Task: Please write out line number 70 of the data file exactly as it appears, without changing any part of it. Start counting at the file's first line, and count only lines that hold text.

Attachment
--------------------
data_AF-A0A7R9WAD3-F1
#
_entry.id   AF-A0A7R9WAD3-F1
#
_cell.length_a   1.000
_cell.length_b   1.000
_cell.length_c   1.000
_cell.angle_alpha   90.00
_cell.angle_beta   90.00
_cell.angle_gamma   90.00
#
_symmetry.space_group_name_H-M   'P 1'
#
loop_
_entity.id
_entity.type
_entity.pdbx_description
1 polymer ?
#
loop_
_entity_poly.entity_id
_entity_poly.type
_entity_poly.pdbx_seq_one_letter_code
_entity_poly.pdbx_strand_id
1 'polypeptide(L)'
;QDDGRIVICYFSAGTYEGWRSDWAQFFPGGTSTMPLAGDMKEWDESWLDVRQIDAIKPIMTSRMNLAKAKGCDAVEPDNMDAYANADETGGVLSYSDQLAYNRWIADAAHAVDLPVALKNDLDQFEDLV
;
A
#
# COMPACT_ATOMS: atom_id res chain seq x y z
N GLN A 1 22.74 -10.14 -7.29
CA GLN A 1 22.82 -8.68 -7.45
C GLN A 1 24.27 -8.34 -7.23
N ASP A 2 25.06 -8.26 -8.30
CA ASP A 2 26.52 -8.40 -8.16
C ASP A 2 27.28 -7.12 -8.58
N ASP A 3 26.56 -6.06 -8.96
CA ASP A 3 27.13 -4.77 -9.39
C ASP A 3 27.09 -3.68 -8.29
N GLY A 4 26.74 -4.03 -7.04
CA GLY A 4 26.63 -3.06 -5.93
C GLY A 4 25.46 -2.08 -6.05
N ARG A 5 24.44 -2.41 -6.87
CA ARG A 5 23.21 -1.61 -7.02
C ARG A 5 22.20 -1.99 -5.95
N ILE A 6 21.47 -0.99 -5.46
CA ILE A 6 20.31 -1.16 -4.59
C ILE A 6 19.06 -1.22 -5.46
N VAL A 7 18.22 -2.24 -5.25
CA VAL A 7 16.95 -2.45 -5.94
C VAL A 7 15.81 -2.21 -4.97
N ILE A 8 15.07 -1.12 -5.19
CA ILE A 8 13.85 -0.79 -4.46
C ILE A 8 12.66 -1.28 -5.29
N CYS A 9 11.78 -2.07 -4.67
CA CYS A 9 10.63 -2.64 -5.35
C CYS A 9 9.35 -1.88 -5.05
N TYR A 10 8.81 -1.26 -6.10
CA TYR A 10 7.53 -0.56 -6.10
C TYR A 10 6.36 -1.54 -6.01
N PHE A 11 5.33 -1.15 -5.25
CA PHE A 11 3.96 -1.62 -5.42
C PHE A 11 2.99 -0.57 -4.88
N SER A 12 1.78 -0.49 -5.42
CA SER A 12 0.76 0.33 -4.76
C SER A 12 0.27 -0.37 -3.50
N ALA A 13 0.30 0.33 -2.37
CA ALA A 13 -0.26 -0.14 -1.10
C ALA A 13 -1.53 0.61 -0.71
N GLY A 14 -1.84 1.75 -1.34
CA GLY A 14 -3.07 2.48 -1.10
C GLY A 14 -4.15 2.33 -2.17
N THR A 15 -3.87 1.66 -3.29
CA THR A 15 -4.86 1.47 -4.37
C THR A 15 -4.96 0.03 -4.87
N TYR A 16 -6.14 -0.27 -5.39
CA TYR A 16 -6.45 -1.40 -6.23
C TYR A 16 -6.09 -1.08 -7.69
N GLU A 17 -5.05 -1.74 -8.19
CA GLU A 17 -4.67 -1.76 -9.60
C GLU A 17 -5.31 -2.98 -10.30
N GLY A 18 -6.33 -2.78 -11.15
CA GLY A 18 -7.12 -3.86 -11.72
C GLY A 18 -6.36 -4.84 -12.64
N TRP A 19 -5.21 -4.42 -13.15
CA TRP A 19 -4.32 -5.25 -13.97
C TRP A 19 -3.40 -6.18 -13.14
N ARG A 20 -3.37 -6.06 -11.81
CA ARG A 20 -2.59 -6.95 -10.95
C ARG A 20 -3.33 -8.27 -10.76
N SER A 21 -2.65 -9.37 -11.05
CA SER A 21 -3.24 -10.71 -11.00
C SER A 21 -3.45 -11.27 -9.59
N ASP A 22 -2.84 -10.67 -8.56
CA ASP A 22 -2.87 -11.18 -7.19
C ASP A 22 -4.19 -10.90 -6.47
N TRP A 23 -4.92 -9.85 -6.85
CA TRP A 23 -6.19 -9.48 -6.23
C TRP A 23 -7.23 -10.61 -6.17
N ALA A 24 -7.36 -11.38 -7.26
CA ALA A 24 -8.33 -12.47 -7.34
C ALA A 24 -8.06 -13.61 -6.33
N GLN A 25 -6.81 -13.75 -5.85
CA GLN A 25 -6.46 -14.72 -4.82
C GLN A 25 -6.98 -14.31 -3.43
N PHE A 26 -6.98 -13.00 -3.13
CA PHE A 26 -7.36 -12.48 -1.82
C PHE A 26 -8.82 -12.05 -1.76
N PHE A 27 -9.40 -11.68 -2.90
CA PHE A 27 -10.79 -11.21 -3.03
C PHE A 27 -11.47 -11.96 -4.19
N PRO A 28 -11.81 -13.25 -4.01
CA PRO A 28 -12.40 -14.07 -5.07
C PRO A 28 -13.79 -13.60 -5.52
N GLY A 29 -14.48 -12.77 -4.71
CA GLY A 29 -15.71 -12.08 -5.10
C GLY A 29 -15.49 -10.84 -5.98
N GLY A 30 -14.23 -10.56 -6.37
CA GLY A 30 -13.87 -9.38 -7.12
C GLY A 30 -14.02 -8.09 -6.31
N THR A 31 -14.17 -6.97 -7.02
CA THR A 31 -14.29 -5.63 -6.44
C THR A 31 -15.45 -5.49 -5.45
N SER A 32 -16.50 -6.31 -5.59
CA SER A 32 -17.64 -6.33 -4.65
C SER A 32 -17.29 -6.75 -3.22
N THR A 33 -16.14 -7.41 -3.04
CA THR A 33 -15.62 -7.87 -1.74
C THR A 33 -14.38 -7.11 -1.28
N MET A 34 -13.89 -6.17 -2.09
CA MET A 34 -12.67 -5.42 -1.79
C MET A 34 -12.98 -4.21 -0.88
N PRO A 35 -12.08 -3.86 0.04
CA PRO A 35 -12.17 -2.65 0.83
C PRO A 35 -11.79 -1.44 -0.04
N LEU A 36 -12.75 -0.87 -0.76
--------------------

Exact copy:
N GLY A 14 -1.84 1.75 -1.34